What is: Aperture?

Discussion in 'Digital Photography' started by MACDRIVE, Dec 24, 2006.

  1. MACDRIVE macrumors 68000

    MACDRIVE

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    #1
    Ok I realize that in about 5 seconds someone is going to come on here and accuse me of being lazy for not using Google.

    I would much rather here from you; my fellow MR buddy. It makes me feel special and important. :)
     
  2. iMeowbot macrumors G3

    iMeowbot

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    #2
    It's iPhoto with mag wheels, a hood scoop and fuzzy dice.
     
  3. MACDRIVE thread starter macrumors 68000

    MACDRIVE

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    #3
    ^
    That's what I get for taking a shortcut by starting a thread. :eek:
     
  4. iMeowbot macrumors G3

    iMeowbot

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    #4
    They have a free trial now, you can download and play with it for a month. But really, Aperture is pretty much what I wrote before, a very fancy take on iPhoto.
     
  5. PodHead macrumors member

    PodHead

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    #5
    :p Haha...I like that.
     
  6. MACDRIVE thread starter macrumors 68000

    MACDRIVE

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    #6
    Umm... aperture is a setting on a camera isn't it? I get it... you guys had to start the hard way by learning photography, and now it's my turn. I get it... :eek:
     
  7. puckhead193 macrumors G3

    puckhead193

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    #7
    :confused: - i think they thought you meant the software made by apple.
    Aperture (the setting on the camera) is like the f. stop on "old" 35MM cameras. It allows you to control the amount of light that enters the camera and hits the film or the CCD.
     
  8. iMeowbot macrumors G3

    iMeowbot

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    #8
    Ohhhh, that aperture! It's the camera's version of your eye's pupil, it's just the hole where the light passes between the lenses and the film or sensor. And just like an eye, a camera (well, except for a cheap one) has an adjustable iris that controls the size of the aperture.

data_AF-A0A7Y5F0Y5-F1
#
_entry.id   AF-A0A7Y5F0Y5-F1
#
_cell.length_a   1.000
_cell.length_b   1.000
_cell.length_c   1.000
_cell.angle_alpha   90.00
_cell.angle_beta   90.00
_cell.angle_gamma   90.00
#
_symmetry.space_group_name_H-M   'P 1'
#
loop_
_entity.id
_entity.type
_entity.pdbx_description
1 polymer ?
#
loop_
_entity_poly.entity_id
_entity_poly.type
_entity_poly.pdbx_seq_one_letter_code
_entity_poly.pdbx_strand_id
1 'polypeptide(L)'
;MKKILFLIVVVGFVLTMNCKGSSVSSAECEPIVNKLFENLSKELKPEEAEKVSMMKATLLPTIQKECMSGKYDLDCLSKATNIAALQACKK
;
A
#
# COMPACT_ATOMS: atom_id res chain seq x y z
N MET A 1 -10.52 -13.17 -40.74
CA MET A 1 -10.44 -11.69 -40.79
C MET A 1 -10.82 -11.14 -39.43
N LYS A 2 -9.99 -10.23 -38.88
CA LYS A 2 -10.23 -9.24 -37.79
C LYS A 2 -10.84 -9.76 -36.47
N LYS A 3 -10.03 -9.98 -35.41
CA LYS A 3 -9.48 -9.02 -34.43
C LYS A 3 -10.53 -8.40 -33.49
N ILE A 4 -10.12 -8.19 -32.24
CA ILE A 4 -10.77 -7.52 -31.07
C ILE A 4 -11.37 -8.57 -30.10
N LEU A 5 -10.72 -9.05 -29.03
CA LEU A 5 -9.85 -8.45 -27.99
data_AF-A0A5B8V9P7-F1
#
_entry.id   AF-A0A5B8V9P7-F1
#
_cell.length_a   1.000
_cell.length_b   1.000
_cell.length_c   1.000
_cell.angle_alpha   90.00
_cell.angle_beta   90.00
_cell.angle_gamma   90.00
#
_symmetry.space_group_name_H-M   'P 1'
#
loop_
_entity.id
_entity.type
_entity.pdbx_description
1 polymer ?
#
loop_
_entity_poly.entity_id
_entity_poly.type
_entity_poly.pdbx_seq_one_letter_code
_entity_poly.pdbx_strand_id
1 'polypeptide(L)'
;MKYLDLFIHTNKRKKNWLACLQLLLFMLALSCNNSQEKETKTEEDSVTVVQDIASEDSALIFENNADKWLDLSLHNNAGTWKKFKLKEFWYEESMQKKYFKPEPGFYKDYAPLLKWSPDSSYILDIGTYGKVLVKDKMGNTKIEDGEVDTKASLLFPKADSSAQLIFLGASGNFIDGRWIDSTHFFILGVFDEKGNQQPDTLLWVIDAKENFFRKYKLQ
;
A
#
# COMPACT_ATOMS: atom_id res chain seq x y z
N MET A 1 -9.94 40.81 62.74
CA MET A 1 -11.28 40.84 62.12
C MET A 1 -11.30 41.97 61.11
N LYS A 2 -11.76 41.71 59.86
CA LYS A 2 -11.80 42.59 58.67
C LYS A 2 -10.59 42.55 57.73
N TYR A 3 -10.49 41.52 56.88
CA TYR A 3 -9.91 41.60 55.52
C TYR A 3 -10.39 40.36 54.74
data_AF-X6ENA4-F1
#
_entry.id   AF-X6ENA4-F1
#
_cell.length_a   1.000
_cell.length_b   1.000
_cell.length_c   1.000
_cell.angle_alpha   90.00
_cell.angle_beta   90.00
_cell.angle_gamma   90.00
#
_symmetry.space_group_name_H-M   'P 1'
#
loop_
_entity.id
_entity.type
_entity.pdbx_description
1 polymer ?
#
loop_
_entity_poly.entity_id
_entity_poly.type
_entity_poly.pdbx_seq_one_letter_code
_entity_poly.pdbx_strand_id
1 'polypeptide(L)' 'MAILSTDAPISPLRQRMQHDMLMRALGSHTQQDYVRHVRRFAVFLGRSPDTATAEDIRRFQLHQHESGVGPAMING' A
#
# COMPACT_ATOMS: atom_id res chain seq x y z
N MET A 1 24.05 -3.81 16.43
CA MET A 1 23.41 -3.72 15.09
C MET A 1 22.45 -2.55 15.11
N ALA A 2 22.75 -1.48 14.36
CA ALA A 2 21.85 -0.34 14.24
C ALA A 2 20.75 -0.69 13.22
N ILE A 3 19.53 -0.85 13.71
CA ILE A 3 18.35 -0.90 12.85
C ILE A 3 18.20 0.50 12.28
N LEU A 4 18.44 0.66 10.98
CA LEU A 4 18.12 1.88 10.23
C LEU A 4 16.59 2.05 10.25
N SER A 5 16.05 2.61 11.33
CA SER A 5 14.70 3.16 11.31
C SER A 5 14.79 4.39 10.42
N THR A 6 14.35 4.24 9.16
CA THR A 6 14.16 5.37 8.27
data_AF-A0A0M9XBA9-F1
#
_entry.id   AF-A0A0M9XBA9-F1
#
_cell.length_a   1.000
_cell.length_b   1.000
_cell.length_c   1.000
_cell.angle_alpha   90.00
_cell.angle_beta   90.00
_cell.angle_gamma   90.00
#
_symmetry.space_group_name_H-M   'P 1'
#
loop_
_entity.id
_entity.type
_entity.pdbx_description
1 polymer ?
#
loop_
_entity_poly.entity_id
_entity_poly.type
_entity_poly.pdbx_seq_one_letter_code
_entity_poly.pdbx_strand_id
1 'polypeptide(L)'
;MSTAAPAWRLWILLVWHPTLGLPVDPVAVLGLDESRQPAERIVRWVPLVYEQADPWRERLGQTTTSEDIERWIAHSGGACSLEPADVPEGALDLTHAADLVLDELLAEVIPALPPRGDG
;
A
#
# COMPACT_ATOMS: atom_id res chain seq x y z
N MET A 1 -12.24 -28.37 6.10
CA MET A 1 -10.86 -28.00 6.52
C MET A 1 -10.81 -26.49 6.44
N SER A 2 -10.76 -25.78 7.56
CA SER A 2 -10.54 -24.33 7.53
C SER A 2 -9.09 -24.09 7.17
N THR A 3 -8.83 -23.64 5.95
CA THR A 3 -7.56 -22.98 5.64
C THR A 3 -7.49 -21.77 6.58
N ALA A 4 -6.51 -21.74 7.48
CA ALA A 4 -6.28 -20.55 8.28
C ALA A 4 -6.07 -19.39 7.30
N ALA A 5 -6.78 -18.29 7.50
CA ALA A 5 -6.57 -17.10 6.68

If the iris is wide open, you can grab a picture in less time, because more light comes in. In exchange, focusing is more touchy. If you close up the iris, much less light comes in, the time it takes to get a good exposure increases (and so movement becomes an issue), but it increases the range of things that will be in focus (kind of like squinting).

    Squeezing the hole down smaller also lets you get a longer exposure (if you want that) so that you don't end up with a washed-out picture.
     
  9. MACDRIVE thread starter macrumors 68000

    MACDRIVE

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    #9
    Yeah that's the info I was looking for. I'm trying to figure out what the different camera settings mean. The camera guide tells me WHERE the adjustments are, but not WHAT they mean. :eek:

    Ok, thank you for the definition. :)

    This little camera is complicated; as I'm beginning to find out. :eek:
     
  10. sjl macrumors 6502

    sjl

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    #10
    Ok, here's Stuart's Patented Five Minute Guide to Photograph Exposures. :D

    There are four variables that affect exposure of a shot: ISO speed, aperture, shutter speed, and the actual amount of light. You have full control over three of those, and limited control over the fourth. Basically, if one of them changes, another one (or possibly all three) of the others have to change to compensate.

    ISO speed: measures the sensitivity of the sensor (or film for 35mm cameras) to light. Think of old black and white film, which used silver compounds to form the image. The larger the clumps of these silver compounds, the faster they'd react to light, and hence the more sensitive the film (and the higher the ISO speed). Against this, you'd lose detail: the smaller the clumps, the more detail the film could capture. This still holds true today: the higher the ISO speed you set the sensor to in a digital camera, the more noise the camera will put in the image.